Yay! It’s summer time! That means sun, beach, and spending time in the great outdoors. Spending time in the sun lifts our spirits. But the same sun that boosts our mood is also the culprit behind sun spot, ageing, and worse yet skin cancer.
Even if many people link a tan with health and vitality, it’s more the opposite. The consensus among dermatologists is that there is no such thing as a safe tan.
A tan is our skin’s visible reaction to sun damage. So it’s key to be armed with the right information so that you can enjoy the sun safely all year round without the risk of skin damage.
First things first, let’s cover the basics!
How does sunscreen work?
Sunscreen stops the sun’s rays from entering and damaging your skin. It does so by blocking, scattering, reflecting, and absorbing the UV rays with physical and chemical particles.
When you hear chemical and physical sunscreens, this means that the chemical sunscreens contain chemical ingredients that react with the radiation before it can enter your skin, absorbing the UV rays and releasing the energy as heat.
Physical sunscreens contain physical particles such as zinc oxide and titanium dioxide to reflect UV rays from the skin. And of course, there is also sunscreen containing a combination of chemical and physical particles.
Both types of sunscreens have their pros and cons. In general, physical sunscreens don’t tend to irritate, sting, or allergic reactions. But they can leave a white cast and be greasy. While chemical sunscreens are easier to apply and usually clear, they can lead to allergic reactions or irritations.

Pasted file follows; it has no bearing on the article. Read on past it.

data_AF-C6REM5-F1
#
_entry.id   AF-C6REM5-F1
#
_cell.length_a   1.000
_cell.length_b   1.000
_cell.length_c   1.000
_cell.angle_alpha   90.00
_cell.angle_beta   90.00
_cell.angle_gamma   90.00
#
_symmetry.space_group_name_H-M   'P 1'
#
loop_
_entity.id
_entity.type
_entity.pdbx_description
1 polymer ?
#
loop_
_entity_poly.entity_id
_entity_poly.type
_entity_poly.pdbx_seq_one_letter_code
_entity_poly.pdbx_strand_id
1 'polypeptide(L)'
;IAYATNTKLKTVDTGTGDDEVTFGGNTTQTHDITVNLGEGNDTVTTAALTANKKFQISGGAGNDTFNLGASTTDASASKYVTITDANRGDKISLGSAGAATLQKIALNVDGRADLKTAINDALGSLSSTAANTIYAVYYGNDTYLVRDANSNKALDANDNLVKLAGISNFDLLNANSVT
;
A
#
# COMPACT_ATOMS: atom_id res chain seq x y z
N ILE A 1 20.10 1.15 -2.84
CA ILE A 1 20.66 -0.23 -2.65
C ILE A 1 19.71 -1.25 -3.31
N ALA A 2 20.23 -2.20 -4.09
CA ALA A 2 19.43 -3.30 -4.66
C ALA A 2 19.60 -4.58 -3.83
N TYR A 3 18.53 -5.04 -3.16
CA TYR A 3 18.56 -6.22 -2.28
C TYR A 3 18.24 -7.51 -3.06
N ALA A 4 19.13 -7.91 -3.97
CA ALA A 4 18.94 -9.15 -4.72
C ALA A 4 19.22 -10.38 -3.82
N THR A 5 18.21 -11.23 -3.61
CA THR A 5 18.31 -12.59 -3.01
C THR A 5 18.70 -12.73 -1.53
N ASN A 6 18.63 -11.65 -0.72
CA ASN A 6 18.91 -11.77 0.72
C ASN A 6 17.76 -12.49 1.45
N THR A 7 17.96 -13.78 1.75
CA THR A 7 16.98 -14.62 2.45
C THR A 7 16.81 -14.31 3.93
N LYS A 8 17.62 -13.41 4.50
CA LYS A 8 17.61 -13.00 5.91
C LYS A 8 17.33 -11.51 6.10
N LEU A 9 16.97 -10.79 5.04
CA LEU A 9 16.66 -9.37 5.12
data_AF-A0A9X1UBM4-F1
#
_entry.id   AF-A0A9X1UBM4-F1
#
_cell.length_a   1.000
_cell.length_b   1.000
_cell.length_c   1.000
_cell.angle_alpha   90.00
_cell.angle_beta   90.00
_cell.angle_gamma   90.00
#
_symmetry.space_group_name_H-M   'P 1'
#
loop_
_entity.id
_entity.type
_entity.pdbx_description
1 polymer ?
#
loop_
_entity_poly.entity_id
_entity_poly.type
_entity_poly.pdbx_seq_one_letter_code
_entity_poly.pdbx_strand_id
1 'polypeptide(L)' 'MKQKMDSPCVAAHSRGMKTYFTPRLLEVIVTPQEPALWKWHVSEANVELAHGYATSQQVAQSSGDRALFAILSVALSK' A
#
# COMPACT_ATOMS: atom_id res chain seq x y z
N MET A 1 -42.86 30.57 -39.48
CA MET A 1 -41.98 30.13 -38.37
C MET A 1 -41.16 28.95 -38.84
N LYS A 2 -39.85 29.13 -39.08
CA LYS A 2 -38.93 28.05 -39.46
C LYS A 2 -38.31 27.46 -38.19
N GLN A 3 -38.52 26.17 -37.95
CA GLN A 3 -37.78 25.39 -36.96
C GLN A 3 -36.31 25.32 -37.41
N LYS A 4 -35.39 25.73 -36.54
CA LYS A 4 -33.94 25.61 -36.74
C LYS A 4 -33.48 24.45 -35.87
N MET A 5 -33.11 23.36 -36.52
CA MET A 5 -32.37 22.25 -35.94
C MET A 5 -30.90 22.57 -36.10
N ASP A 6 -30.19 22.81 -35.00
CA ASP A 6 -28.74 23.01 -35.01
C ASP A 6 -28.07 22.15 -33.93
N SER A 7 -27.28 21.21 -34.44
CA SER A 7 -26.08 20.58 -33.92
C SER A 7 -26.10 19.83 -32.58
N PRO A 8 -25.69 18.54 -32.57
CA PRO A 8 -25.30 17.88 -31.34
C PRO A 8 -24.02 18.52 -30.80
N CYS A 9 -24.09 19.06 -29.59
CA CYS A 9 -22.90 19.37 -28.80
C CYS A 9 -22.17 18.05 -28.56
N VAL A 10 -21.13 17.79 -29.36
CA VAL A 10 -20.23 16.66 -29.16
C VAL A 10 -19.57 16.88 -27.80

The sun contains UVA and UVB. Both UV lights can affect your skin after exposure. UVA has a longer wavelength that enters the thickest layer of the skin, the dermis leading to more permanent damage. In other words, unprotected exposure to UVA leads to skin ageing, sun spots, and even a suppressed immune system. It can cause genetic damage to cells.
UVB light has a shorter wavelength. UVB is what causes sunburns and superficial damage to the epidermis, the outer layer of your skin. But, with each sunburn, the chances of you developing skin cancer increase.
There is less UVB in winter, mornings, and evenings. But, UVA is always present no matter the time of day or season, and can even reach you through windows. As UVA can penetrate deeper into the skin, it makes the effects of UVB even worse.
That is the reason why you need a broad spectrum sunscreen to protect against both UVA and UVB light. And also why you always need sunscreen no matter the weather, season, if you’re driving or indoors.
What is SPF?
When shopping for sunscreen, you’ll see SPF on the packaging. SPF is the abbreviation for Sun Protection Factor. It shows how well and for how long your sunscreen will protect your skin from UVB. But as you need a broad spectrum sunscreen, you’ll also need to check the PA ratings.
PA rating is to measure the level of protection from UVA rays. It was developed in Japan and means “Protection Grade of UVA Rays”. The PA rating on sunscreens is
PA+ – some UVA protection
PA++ – moderate UVA protection